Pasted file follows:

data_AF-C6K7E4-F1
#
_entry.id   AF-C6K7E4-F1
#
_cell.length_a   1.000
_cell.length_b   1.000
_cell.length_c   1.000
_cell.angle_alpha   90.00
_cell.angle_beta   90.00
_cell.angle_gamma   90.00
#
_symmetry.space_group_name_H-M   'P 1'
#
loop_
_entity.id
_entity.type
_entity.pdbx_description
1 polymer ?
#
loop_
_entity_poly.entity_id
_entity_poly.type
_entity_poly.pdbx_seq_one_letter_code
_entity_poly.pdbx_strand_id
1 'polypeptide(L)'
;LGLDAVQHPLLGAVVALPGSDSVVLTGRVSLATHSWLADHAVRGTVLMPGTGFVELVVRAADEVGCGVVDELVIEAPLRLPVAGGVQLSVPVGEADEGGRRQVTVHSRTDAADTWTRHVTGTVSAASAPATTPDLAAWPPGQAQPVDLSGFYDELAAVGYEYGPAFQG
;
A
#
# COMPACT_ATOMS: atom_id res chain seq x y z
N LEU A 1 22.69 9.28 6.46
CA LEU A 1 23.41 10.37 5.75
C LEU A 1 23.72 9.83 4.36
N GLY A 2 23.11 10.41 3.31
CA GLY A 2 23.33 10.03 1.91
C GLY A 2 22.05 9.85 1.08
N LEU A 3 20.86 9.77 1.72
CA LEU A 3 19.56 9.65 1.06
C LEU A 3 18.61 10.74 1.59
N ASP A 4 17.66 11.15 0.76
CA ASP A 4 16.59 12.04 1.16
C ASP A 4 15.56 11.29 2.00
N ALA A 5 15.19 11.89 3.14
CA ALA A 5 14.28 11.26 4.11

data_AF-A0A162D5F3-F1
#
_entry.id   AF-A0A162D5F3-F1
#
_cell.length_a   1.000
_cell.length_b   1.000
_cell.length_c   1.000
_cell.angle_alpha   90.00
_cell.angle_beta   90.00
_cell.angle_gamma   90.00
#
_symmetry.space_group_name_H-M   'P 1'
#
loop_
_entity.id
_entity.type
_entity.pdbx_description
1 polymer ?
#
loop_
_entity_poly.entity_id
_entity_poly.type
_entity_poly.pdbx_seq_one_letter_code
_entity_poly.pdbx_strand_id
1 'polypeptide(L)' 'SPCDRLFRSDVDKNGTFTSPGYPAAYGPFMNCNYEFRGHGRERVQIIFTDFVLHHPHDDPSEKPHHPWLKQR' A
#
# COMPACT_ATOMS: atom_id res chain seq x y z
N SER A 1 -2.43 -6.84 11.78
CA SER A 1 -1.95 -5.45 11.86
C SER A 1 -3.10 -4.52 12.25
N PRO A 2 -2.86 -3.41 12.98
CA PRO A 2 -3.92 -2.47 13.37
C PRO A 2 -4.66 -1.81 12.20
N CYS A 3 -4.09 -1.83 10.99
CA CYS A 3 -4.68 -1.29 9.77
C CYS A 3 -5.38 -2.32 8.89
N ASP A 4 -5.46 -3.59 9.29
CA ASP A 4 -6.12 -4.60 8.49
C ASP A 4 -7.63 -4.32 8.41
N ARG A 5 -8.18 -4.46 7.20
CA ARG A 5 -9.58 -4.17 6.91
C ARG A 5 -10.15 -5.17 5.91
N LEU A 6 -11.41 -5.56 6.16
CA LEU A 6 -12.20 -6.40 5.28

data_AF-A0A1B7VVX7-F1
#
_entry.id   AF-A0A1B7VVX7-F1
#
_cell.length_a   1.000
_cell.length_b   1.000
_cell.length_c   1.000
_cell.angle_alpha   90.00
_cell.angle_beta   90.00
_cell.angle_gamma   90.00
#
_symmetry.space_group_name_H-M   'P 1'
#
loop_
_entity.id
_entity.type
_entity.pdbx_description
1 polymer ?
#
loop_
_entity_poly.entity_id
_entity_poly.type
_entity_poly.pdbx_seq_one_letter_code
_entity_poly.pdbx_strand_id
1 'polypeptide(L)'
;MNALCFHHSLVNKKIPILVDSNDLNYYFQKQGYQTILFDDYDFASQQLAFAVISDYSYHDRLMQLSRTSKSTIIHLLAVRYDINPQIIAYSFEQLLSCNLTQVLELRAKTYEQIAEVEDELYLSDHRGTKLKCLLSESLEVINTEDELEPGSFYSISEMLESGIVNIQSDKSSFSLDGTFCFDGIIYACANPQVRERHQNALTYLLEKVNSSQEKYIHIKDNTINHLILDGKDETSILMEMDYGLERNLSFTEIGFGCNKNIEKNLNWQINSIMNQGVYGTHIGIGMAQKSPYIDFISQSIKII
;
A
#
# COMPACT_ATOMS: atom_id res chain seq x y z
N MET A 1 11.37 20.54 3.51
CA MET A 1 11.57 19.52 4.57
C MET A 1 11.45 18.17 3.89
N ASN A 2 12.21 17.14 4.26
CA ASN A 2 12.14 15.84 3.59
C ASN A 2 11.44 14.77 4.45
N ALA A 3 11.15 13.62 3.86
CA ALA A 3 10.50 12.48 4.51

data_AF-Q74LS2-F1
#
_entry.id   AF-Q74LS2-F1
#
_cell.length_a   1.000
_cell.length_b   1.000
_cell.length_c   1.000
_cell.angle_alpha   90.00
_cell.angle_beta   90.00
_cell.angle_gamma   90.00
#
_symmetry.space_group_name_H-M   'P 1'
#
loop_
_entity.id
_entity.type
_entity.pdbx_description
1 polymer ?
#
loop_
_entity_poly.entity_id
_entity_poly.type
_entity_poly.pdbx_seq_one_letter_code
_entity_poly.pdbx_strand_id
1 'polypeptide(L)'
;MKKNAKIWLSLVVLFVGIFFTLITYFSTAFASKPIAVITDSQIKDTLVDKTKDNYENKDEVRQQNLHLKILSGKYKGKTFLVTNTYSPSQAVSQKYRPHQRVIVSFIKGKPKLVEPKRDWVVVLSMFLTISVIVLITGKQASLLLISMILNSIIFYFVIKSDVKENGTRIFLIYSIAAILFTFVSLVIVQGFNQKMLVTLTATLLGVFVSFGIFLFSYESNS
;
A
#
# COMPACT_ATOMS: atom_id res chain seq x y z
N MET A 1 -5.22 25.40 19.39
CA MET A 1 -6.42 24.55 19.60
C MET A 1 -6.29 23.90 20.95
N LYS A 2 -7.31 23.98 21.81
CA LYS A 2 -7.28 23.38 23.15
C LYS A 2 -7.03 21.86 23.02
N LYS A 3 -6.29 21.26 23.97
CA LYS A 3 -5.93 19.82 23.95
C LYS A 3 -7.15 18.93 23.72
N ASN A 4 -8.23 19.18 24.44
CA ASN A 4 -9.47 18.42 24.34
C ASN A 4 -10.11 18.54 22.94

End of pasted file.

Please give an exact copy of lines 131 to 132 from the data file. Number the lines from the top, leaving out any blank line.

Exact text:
_cell.length_a   1.000
_cell.length_b   1.000